cheerio morning

And I don’t mean cheerio as in ‘goodbye’, but as in cereal… of course.

There used to be an ad when I was about eight or nine where this little kid would wake up before anyone else in his house and pour himself a bowl of Cheerios  then set off on his bike into the wild blue yonder. Everything looked so appealing. The way he poured the perfect amount of Cheerios and milk into a perfect bowl in a perfect kitchen, his bike waiting for him right outside the back door, like the perfect friend. How he didn’t have to bother telling anyone where he was going, and the way the sun was just starting to light the sky and the day was all his—anything was possible and all of it was good.

After that I asked my mum to stop buying Cap’n Crunch, Fruit Loops and Honeycomb. They had nothing to offer; there was only one cereal that suited the adventurous outdoorsy freewheelin’ kinda lifestyle I wanted.

All that summer I ate a bowl of Cheerios every morning and then headed out on my gigantic rusted green bike that was an ancient hand-me-down from my very much older sister, and which was too big for me to sit on the seat and pedal at the same time—and I’d cycle to the other side of the canal to hunt for tadpoles and steal peaches from the orchards whenever I got hot and thirsty enough. (This was before the invention of water bottles.)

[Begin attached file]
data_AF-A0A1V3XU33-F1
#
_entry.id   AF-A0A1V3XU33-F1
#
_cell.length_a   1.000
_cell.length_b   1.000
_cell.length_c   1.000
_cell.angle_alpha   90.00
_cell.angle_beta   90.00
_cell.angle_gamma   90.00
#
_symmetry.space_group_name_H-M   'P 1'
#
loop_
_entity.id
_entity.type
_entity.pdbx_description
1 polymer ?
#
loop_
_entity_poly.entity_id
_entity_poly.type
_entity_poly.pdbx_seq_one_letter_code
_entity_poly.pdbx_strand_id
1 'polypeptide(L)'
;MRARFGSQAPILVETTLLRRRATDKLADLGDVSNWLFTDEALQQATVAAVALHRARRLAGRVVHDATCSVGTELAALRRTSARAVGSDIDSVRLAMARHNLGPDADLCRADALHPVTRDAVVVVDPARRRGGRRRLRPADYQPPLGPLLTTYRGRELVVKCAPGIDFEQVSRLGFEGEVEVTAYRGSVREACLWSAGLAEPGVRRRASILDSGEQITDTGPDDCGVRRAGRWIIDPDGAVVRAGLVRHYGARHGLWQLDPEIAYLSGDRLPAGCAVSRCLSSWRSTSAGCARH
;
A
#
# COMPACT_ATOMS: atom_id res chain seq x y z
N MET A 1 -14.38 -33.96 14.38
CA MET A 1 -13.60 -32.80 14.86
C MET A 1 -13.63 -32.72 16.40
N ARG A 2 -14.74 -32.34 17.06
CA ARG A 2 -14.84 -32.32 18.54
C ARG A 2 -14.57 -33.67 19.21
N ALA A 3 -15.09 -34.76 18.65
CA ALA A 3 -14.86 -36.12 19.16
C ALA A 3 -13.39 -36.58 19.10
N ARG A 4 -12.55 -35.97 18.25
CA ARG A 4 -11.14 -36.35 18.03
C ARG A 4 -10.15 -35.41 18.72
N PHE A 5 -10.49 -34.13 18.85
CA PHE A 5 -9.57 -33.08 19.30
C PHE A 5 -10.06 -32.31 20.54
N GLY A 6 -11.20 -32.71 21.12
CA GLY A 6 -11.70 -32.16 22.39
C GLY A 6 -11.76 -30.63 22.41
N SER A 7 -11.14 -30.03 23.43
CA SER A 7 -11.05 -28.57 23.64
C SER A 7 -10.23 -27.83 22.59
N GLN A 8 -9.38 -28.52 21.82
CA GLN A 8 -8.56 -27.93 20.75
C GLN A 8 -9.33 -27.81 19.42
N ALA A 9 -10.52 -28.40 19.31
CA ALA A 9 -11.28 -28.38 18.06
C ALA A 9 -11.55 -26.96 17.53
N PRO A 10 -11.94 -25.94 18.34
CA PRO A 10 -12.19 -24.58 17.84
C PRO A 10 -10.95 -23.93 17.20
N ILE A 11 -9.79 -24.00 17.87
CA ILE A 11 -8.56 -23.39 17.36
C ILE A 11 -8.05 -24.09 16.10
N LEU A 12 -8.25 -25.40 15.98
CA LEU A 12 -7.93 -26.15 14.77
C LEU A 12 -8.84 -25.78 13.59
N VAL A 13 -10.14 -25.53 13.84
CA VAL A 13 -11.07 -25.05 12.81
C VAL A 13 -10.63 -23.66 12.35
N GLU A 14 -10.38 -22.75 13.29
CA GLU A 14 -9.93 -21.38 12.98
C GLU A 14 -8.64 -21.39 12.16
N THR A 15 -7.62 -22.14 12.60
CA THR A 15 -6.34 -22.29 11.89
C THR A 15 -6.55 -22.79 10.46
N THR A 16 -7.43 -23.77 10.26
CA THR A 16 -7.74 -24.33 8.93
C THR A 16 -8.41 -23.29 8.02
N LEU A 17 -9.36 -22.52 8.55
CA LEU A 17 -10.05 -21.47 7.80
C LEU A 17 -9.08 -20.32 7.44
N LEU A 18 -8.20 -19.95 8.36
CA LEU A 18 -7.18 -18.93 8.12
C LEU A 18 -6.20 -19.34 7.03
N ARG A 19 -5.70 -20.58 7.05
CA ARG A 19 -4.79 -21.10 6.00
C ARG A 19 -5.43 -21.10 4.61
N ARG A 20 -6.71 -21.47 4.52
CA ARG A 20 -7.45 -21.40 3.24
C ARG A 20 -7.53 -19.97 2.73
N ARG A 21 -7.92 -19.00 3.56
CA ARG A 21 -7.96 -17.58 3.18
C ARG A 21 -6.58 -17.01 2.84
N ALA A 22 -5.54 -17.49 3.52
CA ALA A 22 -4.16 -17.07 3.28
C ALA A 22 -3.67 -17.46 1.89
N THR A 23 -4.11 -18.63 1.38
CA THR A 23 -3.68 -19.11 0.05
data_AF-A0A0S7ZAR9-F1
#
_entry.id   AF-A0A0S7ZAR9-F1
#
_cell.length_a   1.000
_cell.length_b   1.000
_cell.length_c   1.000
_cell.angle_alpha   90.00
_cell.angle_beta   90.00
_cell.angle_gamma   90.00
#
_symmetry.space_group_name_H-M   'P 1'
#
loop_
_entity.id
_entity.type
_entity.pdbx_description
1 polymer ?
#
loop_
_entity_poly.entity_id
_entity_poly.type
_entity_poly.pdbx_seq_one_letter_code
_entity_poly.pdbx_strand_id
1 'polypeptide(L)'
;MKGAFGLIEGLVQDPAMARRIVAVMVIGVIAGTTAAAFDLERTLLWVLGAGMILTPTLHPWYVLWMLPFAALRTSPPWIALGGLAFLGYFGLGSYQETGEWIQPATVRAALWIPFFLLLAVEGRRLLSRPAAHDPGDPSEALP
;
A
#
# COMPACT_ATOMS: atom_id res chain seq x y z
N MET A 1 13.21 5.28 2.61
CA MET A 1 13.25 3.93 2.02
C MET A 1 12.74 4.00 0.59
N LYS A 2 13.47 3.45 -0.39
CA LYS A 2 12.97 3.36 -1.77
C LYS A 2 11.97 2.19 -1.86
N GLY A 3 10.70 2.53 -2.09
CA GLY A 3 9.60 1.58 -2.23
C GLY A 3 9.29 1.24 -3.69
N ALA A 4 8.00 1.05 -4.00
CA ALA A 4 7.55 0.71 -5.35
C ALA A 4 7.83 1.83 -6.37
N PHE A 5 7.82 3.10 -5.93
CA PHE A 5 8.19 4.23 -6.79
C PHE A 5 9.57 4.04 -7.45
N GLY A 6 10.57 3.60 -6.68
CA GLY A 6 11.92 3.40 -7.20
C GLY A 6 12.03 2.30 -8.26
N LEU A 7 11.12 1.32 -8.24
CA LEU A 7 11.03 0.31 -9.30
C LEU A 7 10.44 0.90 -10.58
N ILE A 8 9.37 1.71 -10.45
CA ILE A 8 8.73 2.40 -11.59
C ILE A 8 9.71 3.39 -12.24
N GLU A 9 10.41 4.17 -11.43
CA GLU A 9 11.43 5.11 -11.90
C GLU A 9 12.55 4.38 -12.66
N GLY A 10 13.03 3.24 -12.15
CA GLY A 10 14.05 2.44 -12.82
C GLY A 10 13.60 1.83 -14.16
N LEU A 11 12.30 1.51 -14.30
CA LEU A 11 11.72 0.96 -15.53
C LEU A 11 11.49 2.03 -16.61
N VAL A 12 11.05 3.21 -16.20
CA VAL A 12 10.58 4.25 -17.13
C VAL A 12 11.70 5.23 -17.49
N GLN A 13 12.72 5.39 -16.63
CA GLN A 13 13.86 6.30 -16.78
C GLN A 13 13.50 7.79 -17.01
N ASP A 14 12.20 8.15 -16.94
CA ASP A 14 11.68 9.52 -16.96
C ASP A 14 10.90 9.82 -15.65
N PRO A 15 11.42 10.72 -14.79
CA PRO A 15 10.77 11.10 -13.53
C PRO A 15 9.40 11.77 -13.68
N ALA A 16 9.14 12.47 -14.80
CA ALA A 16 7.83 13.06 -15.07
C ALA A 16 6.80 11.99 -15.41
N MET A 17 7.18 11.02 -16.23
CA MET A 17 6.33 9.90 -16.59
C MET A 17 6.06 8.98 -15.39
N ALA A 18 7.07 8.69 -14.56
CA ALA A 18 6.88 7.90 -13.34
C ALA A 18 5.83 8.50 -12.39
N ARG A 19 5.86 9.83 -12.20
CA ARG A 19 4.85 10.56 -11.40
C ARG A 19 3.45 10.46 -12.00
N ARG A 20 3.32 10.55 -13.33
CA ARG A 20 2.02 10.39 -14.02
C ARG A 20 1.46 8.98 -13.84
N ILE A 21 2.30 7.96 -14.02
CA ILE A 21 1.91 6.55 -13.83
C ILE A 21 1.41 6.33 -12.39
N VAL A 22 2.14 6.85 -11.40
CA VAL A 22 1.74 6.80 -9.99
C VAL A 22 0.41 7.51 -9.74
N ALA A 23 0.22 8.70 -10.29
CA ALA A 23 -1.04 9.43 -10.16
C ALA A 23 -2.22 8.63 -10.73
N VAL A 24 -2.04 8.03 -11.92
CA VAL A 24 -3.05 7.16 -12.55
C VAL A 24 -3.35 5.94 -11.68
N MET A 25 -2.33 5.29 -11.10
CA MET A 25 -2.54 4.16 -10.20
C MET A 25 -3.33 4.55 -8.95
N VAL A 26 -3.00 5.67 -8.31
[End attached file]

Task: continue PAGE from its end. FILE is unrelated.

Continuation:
All of this comes home to me on certain summer mornings when the smell or feel or something about the airsome indefinable combination of summer warmth and early morning crisp—or maybe it’s the light or just a quality of the earliest hours of the day at exactly the right moment—that catches me by surprise (because it’s always a surprise)—and reminds me that our days, regardless of age or circumstance, quality of bike or choice of breakfast food—are filled to the brim with, if not tadpoles, then certainly the potential for their equivalent…

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2 thoughts on “cheerio morning

  1. I call them shadow memories. It’s wonderful when they visit us. When you described your bike and how you must have looked riding it, I had a shadow memory of my old clunker and I could almost smell the oily tar that was sprayed on the dirt road in summer … shadow memory.

    Thanks again.

    1. I’ve never heard of shadow memories. I had to google it of course and discovered it’s [since become] an Xbox game. I like your version better.

      Lovely how the mere mention of an old bike can evoke the smell of tar on a many moons ago dirt road. Really quite amazing. (Am assuming that the tar was a ‘good’ memory–?)

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